As you click on the diagram, this window will scroll to the section on the clicked organ to find out what digestive chemicals* it secretes!

Happy clicking!


Mouth:

amylase:  it is in saliva and helps to break down carbohydrates.  It is secreted by the salivary glands, though... not really by the mouth.  The salivary glands secrete the amylase (in saliva) into ducts which open to the surface in the mouth.


Pharynx:

nothing!  The pharynx only leads into the esophagus.


Esophagus:

nothing!  The esophagus is only a path into the abdomen... it moves food, but doesn't secrete any digestive chemicals.


Stomach:

Gastric Juice:  This is a mixture of chemicals, but not all of them are chemicals that cause digestive breakdown of food molecules.  Here are some of the important, digestive chemicals:


Pancreas:

Pancreatic juice:  This is a mixture of these important digestive chemicals--

Important note:  If you look through the list of digestive enzymes secreted by the pancreas, you will see at least one for each and every type of macromolecule (protein, lipid, carbohydrate, nucleic acid).  This is the only digestive organ that secretes such a wide variety of digestive chemicals.


Liver:

    The only secretions that the liver makes for digestion are within bile.  The liver produces the bile salts that are important for emulsifcation of chyme.  All of the rest of the description of the liver in your book is about liver anatomy and the effect the liver has on metabolism.   On the digestive regions webpage I have given you all I expect you to know now about the liver, and we will do more with it (the metabolism portion) in our next unit.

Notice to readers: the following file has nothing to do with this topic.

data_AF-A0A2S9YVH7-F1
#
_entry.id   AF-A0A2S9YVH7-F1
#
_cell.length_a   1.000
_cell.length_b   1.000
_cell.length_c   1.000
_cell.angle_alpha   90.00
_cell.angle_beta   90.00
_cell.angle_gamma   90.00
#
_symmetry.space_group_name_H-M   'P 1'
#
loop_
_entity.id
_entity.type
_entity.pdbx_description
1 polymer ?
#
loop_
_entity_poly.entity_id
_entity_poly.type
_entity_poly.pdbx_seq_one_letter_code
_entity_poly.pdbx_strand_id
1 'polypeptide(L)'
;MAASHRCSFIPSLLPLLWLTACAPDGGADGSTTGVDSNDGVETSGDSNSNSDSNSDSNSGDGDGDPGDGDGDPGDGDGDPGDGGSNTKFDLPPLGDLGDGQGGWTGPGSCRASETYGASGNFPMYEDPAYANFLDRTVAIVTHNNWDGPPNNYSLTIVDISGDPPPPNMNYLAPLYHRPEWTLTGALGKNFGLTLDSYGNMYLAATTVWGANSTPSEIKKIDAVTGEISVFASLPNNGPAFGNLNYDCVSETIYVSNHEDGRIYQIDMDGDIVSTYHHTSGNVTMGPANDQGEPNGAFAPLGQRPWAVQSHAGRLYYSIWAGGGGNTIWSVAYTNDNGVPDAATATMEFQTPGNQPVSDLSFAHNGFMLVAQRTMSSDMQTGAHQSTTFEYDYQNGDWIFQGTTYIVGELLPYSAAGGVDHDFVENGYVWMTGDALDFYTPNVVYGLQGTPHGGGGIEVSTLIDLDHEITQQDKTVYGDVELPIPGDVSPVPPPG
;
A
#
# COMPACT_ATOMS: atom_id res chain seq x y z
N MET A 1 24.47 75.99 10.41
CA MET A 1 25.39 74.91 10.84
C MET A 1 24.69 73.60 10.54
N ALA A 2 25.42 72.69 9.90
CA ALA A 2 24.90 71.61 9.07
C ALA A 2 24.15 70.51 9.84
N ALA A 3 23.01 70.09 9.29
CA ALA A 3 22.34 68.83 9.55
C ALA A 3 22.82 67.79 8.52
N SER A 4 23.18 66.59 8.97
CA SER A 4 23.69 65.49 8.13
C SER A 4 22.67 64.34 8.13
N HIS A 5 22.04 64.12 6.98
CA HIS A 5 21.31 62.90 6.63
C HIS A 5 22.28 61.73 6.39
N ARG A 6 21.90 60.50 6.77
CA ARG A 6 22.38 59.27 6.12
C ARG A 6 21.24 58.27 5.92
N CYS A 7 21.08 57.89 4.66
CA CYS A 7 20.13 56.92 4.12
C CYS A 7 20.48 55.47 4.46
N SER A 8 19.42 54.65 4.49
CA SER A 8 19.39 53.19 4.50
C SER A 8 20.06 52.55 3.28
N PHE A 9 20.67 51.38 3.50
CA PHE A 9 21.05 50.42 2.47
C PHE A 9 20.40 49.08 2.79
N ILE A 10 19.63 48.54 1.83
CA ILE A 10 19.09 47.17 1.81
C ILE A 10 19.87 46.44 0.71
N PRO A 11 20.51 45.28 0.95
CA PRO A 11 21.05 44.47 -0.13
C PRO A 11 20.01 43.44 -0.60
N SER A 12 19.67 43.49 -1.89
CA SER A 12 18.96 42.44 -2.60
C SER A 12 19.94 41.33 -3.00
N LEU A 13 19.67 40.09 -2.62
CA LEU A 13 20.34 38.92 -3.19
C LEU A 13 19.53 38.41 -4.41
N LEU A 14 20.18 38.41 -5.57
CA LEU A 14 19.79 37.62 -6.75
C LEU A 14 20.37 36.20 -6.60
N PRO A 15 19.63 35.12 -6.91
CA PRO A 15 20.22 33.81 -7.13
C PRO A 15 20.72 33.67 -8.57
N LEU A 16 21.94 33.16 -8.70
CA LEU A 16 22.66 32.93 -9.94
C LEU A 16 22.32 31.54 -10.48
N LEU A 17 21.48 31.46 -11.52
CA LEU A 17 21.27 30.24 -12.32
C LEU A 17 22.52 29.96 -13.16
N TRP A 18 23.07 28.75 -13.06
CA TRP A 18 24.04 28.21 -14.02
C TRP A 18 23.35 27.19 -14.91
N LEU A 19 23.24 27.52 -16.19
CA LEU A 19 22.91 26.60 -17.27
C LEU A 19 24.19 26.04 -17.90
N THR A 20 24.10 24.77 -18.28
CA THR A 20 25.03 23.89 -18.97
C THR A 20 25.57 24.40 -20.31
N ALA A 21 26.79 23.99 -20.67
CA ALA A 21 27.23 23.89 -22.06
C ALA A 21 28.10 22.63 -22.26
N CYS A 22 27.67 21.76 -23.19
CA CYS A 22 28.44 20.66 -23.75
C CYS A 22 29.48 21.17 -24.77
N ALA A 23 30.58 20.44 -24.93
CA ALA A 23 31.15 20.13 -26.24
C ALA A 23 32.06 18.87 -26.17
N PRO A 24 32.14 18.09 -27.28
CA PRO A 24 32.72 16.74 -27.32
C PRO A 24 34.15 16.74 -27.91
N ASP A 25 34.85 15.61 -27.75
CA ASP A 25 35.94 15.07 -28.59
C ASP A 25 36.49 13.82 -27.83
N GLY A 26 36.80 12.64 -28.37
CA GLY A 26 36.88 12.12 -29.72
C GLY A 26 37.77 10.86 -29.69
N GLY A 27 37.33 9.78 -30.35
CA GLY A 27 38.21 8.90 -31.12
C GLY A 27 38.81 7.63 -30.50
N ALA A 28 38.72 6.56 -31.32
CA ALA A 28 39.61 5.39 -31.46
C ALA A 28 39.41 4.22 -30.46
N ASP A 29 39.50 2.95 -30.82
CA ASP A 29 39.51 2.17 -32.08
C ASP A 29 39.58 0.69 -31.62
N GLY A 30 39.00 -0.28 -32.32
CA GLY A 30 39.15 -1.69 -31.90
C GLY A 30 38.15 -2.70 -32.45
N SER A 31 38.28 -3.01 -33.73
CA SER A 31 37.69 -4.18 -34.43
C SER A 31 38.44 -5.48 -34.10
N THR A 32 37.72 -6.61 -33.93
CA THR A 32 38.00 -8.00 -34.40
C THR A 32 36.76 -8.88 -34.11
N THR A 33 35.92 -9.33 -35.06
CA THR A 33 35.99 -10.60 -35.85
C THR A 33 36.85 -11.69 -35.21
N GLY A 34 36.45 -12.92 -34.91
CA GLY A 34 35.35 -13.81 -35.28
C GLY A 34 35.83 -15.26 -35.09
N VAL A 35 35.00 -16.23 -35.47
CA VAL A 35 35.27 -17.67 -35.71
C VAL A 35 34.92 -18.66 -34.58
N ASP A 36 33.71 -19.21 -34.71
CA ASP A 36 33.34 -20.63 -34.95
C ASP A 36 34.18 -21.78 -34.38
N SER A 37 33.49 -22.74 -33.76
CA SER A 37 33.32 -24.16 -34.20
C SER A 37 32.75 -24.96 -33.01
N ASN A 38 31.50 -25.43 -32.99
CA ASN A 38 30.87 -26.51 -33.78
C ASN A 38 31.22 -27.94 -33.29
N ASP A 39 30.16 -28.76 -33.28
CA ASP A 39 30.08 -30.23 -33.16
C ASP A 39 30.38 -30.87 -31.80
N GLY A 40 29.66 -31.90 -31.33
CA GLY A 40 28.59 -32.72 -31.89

Gallbladder:

    The gallbladder releases the concentrated bile, of which only the bile salts are important chemicals for digestion, as described for the liver.


Small Intestines:

    Below you will find a list of digestive enzymes made by cells in the small intestines.  However, these digestive enzymes are not released into the chyme... instead, they remain embedded in the microvilli on the apical surface of the intestinal epithelium.  In this location they are available to interact with the chyme, and break it down more before endocytosis.


Large Intestines:

Nothing!  The large intestines do not produce any digestive enzymes.  Remember, the large intestines are concerned with resorption (and some absorption), and just make lots of mucus.


* Please note that all of these regions secrete mucus, but that is not a digestive chemical!